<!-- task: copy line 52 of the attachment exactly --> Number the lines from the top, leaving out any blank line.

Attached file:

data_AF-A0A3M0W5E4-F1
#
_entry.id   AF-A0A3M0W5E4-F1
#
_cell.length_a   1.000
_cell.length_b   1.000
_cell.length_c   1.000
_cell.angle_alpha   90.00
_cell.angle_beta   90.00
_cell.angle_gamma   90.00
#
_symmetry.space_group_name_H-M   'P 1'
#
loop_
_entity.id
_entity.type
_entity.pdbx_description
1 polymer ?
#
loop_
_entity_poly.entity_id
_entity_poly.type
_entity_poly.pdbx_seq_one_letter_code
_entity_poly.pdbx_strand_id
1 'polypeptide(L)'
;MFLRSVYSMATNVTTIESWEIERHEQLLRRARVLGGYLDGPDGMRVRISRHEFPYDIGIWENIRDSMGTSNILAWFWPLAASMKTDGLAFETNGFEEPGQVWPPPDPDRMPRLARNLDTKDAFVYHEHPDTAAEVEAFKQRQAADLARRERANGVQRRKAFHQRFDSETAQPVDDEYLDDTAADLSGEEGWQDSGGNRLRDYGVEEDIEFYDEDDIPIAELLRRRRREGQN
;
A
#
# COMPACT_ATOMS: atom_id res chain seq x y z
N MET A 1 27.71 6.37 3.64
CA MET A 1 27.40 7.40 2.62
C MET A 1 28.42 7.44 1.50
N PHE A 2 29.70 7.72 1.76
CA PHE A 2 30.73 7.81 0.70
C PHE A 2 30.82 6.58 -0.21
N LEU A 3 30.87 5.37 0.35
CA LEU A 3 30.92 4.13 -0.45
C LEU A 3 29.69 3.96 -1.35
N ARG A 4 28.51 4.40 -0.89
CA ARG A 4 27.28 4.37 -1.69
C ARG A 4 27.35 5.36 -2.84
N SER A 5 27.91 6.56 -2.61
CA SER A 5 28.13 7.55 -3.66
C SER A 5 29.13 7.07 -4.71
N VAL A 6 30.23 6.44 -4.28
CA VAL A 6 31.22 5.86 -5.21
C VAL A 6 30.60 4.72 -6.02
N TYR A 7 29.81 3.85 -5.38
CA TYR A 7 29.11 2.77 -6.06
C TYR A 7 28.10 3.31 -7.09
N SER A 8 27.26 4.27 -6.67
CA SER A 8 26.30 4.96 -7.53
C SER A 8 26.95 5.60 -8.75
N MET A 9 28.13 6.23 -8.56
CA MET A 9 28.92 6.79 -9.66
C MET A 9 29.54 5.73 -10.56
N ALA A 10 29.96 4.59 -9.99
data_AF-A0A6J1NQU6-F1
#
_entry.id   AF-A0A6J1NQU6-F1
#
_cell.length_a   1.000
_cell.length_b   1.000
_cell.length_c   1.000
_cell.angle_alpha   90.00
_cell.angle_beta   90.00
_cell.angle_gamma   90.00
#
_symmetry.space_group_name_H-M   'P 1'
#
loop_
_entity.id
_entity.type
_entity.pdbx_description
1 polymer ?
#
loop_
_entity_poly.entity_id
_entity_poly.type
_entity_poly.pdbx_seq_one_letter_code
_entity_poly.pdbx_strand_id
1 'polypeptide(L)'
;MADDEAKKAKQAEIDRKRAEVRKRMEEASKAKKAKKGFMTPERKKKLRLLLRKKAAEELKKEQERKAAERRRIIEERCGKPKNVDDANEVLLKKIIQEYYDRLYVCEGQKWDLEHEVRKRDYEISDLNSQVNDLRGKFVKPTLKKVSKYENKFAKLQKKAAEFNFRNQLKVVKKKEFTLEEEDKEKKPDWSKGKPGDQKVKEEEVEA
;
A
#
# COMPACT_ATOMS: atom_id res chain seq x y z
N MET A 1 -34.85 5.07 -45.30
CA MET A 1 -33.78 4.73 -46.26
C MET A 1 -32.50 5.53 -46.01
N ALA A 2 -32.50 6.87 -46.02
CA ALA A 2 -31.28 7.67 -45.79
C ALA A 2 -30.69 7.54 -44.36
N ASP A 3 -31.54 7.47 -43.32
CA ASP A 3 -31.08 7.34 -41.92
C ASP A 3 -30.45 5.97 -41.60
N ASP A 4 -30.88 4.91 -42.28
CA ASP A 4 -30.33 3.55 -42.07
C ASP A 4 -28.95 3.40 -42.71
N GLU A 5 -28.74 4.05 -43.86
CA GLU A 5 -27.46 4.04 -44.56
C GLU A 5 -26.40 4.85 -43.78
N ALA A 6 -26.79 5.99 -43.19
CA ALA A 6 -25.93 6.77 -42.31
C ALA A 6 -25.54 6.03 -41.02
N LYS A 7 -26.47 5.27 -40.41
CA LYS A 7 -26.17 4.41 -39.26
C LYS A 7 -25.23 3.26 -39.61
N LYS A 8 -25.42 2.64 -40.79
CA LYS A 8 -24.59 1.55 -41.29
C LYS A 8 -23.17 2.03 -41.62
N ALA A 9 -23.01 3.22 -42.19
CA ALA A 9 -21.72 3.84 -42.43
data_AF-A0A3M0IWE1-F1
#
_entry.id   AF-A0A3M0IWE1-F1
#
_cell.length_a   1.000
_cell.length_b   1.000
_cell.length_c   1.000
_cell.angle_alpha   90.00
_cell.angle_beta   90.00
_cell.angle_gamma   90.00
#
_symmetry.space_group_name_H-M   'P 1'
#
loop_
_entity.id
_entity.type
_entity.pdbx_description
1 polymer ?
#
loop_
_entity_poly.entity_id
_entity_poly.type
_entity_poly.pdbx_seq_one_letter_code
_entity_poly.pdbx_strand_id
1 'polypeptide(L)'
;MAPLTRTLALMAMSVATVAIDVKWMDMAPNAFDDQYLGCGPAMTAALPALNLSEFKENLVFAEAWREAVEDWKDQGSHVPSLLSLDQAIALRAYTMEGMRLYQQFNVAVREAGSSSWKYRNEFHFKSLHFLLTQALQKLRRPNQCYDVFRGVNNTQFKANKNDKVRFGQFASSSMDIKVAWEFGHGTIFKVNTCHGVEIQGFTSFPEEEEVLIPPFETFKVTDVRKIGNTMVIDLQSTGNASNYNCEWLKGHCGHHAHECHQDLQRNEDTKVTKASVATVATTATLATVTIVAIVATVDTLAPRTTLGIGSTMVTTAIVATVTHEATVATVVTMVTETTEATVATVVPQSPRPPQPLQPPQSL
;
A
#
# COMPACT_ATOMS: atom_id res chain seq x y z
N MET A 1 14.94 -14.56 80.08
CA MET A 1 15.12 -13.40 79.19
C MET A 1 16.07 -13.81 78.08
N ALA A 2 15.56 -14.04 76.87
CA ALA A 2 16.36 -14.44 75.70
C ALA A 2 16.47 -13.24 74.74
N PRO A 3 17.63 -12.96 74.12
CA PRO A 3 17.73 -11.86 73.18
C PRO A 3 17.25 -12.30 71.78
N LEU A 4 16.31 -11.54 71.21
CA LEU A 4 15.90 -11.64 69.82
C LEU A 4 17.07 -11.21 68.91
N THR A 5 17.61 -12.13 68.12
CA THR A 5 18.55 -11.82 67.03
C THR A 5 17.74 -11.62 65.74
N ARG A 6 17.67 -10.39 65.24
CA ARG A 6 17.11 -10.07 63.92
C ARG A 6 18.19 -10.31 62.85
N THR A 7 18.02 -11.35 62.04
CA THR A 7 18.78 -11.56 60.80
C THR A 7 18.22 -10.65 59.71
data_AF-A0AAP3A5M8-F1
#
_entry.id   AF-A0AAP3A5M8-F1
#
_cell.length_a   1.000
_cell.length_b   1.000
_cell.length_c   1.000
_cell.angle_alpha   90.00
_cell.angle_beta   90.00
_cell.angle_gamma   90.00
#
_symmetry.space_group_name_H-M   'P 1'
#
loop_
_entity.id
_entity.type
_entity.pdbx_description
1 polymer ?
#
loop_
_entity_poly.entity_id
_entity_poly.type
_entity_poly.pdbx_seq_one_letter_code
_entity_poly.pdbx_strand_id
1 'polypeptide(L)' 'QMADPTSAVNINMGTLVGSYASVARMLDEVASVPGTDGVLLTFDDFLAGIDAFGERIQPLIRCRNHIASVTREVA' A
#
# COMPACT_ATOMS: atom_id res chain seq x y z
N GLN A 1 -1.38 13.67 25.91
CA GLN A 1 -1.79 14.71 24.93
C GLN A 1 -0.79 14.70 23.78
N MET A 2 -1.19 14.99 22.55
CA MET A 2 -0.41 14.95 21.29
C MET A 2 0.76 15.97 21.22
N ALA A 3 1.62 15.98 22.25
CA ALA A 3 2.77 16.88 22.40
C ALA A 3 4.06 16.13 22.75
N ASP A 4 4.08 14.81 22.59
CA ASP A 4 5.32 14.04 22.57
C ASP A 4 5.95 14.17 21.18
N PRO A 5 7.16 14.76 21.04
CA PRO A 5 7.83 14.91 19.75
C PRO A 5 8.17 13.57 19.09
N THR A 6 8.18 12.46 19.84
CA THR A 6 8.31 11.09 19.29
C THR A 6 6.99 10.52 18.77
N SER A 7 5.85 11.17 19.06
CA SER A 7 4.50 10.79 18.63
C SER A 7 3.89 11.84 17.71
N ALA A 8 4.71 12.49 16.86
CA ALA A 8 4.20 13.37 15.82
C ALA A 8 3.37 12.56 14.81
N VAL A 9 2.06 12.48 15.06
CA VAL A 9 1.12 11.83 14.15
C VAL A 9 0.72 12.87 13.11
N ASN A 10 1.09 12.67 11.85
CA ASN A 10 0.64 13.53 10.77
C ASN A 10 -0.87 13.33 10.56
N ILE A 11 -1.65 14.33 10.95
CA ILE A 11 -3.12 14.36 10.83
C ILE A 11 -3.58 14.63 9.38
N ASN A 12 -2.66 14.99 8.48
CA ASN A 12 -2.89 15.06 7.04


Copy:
N SER A 8 27.26 4.27 -6.67